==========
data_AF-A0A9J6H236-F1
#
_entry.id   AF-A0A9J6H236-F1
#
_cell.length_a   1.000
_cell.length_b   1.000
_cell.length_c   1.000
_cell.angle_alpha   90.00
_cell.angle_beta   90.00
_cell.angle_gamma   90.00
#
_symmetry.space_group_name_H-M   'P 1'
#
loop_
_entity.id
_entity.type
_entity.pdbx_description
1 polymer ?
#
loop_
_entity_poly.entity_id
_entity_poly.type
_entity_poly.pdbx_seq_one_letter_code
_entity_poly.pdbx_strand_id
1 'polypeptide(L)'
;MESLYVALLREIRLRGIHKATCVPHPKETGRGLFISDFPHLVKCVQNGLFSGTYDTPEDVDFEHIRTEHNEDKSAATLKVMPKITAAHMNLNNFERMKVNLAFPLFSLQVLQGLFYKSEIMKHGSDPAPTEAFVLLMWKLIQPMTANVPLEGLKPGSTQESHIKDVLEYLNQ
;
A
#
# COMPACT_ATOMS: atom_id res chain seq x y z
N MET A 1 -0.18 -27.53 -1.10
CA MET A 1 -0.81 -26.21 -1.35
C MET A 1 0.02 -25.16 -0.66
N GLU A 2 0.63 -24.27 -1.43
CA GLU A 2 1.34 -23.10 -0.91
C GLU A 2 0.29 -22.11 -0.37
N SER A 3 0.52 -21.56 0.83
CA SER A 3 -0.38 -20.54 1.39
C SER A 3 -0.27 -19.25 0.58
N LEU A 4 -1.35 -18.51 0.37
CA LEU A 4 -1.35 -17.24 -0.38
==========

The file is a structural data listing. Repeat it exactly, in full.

data_AF-A0A9J6H236-F1
#
_entry.id   AF-A0A9J6H236-F1
#
_cell.length_a   1.000
_cell.length_b   1.000
_cell.length_c   1.000
_cell.angle_alpha   90.00
_cell.angle_beta   90.00
_cell.angle_gamma   90.00
#
_symmetry.space_group_name_H-M   'P 1'
#
loop_
_entity.id
_entity.type
_entity.pdbx_description
1 polymer ?
#
loop_
_entity_poly.entity_id
_entity_poly.type
_entity_poly.pdbx_seq_one_letter_code
_entity_poly.pdbx_strand_id
1 'polypeptide(L)'
;MESLYVALLREIRLRGIHKATCVPHPKETGRGLFISDFPHLVKCVQNGLFSGTYDTPEDVDFEHIRTEHNEDKSAATLKVMPKITAAHMNLNNFERMKVNLAFPLFSLQVLQGLFYKSEIMKHGSDPAPTEAFVLLMWKLIQPMTANVPLEGLKPGSTQESHIKDVLEYLNQ
;
A
#
# COMPACT_ATOMS: atom_id res chain seq x y z
N MET A 1 -0.18 -27.53 -1.10
CA MET A 1 -0.81 -26.21 -1.35
C MET A 1 0.02 -25.16 -0.66
N GLU A 2 0.63 -24.27 -1.43
CA GLU A 2 1.34 -23.10 -0.91
C GLU A 2 0.29 -22.11 -0.37
N SER A 3 0.52 -21.56 0.83
CA SER A 3 -0.38 -20.54 1.39
C SER A 3 -0.27 -19.25 0.58
N LEU A 4 -1.35 -18.51 0.37
CA LEU A 4 -1.35 -17.24 -0.38